Environmental due diligence, like many aspects of the acquisition process, is likely to become all the more complicated in the event of a transaction being carried out across borders. Legislation varies from country to country, making it difficult to adopt a single set of criteria for each transaction. US policy is rigid and offers almost no scope for case-by-case interpretation of the law, whilst European frameworks tend to incorporate context into their assessment of each case. On the face of it, this would suggest that Europe provided the more favourable environment for M&A activity, although practitioners find that this is not necessarily the case. ?US firms are often alarmed by the subjectivity with which European law is interpreted,? says Hockin. ?At best it can avoid unnecessary expense, but it can also add an unwanted layer of uncertainty to the process.?

Varying interpretations of EU legislation within the European Union also complicate the situation. ?Southern European countries tend to enforce regulations in a more flexible way than their North European counterparts,? says Richards. ?The lack of consistency has led many US firms to refer to the more stringent rules applied in the US when evaluating environmental issues overseas.?

Once areas of potential liability are established, it is necessary to apportion responsibility in a manner agreeable to all parties. Where traditional solutions involving indemnities and warranties are not applicable, such as in the case of a publicto-private deal where there is no parent company completing the sale, private equity firms are increasingly turning to new methods of dividing the cost. Over the past 18 months, insurers such as CERTA and AIG have responded to this by offering third party insurance to cover any resulting liabilities. ?If the vendor is willing to assume potential liability of up to £1m and the acquirer believes the liability is closer to £5m, it is possible to insure against the difference between the two amounts,? says Richards. The main setback of such off balance-sheet solutions is that they are a relatively expensive option, although Richards puts this in context: ?On a £50m transaction, an insurance payment of, say, £150,000 is not too expensive if it saves the deal.?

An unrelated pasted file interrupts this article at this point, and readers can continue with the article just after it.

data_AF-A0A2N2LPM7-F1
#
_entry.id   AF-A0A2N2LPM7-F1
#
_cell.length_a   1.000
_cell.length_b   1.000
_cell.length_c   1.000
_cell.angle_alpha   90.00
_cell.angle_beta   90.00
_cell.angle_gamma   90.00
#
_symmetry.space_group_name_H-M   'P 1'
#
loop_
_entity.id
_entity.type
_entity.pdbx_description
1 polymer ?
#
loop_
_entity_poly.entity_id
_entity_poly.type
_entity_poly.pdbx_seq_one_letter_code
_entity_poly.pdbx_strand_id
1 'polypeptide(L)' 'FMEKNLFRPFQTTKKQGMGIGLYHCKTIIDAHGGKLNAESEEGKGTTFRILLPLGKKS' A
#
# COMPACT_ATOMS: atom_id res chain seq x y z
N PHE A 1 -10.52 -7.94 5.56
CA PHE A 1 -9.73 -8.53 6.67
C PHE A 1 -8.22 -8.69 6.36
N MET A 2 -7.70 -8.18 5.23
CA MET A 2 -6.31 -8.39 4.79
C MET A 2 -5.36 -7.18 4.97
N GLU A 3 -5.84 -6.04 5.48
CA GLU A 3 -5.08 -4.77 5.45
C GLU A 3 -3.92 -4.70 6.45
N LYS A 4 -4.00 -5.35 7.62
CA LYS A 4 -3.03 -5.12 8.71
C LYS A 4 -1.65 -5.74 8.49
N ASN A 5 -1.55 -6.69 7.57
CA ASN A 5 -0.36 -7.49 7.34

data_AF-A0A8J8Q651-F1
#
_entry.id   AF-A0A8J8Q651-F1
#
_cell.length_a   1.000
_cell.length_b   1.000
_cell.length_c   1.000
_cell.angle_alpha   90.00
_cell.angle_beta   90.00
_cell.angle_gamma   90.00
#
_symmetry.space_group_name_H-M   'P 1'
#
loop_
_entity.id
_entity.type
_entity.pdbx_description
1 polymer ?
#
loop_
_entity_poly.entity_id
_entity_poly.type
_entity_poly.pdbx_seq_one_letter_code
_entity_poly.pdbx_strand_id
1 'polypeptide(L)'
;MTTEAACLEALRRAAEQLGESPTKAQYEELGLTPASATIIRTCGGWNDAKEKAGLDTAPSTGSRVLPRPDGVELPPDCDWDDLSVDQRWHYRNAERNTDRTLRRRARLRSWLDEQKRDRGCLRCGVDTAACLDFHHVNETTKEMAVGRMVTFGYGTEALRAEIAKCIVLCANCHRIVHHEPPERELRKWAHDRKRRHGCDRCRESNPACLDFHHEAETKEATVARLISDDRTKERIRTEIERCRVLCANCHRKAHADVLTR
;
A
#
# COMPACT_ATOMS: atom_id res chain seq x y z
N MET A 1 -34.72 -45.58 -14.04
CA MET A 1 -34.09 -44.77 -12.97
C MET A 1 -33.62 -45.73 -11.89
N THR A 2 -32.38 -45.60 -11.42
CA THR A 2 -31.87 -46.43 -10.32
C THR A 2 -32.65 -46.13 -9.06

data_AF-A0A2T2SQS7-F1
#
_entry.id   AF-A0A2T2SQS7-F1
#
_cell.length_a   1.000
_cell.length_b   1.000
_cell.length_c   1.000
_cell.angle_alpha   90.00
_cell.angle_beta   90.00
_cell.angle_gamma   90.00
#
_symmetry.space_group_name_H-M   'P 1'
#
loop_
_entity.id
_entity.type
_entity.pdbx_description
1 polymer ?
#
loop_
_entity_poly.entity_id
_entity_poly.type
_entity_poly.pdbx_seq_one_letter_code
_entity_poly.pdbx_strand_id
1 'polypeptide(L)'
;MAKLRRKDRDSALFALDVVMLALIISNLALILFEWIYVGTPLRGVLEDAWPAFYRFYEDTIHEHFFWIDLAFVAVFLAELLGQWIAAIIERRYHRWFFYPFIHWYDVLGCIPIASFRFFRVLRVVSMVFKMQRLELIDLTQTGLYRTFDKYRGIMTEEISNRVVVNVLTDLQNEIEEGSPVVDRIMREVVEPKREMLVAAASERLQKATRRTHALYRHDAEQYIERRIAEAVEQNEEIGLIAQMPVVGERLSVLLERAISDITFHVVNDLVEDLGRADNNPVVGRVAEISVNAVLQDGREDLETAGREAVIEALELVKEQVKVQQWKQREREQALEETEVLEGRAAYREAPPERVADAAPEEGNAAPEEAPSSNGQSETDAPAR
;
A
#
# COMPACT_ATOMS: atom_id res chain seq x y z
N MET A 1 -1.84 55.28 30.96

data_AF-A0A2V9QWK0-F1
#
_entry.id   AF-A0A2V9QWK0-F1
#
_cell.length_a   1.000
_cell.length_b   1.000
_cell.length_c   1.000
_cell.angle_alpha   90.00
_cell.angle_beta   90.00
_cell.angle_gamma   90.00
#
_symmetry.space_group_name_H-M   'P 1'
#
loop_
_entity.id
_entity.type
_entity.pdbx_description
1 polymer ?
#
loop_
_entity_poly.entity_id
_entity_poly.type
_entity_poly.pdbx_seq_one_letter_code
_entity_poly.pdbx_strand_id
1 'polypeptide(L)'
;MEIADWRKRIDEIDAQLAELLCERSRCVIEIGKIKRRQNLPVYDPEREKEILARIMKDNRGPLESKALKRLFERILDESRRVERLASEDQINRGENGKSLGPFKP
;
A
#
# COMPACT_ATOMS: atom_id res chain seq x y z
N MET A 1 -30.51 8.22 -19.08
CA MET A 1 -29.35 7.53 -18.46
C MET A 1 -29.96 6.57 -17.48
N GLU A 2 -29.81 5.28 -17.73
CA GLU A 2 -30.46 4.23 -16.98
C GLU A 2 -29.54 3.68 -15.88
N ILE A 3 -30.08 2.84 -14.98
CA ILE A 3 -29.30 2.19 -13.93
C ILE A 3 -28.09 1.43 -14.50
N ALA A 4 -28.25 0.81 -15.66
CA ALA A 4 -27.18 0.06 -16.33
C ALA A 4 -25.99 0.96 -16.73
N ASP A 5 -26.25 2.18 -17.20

Necessary evil or value add?
The evolution of environmental policy has made it necessary for private equity practitioners to ensure that potential targets have a clean bill of health from an environmental perspective, or failing that to ensure that any potential liabilities are factored into the price. The importance of careful due diligence is two-fold, given that these same acquisitions are, all things being equal, successful exits in the making, which will inevitably lead to the portfolio company's bill of health coming under scrutiny for potential buyers.

Environmental consultants have developed a sophisticated understanding of the transaction process, making them an important cog in the transaction machine. ?Consultants have certainly got a lot more sophisticated since the mid-1980s, when buyers would be sent fleeing with dramatic worst-case scenarios that would halt a deal in its tracks,? explains Rodburg.

As a result, due diligence practitioners today feel EDD deserves a shift away from the ?necessary evil? perception, which is stigmatises many consultancy procedures. They are keen therefore to point out the potential upside of the environmental due diligence process. ?There are also many ways in which the process can add value,? explains Farthing at Environ. ?We are able to advise companies on how they can improve their service, whether this comes through a market leading position on environmental issues, or through providing consumers with good value that does not come at a social or ethical cost.?

As yet, this aspect of the environmental due diligence process is not a priority for most private equity firms. As Hockin says, ?most clients still prioritise minimising the cost of consultation over using the process as a means of adding value.? Persuading private equity clients that environmental consultancy can help them optimise the price they should pay for a business, give them an edge over other bidders or indeed help an investment perform better post acquisition is the next challenge for an industry that has already benefited from private equity's increasingly prominent role in international M&A.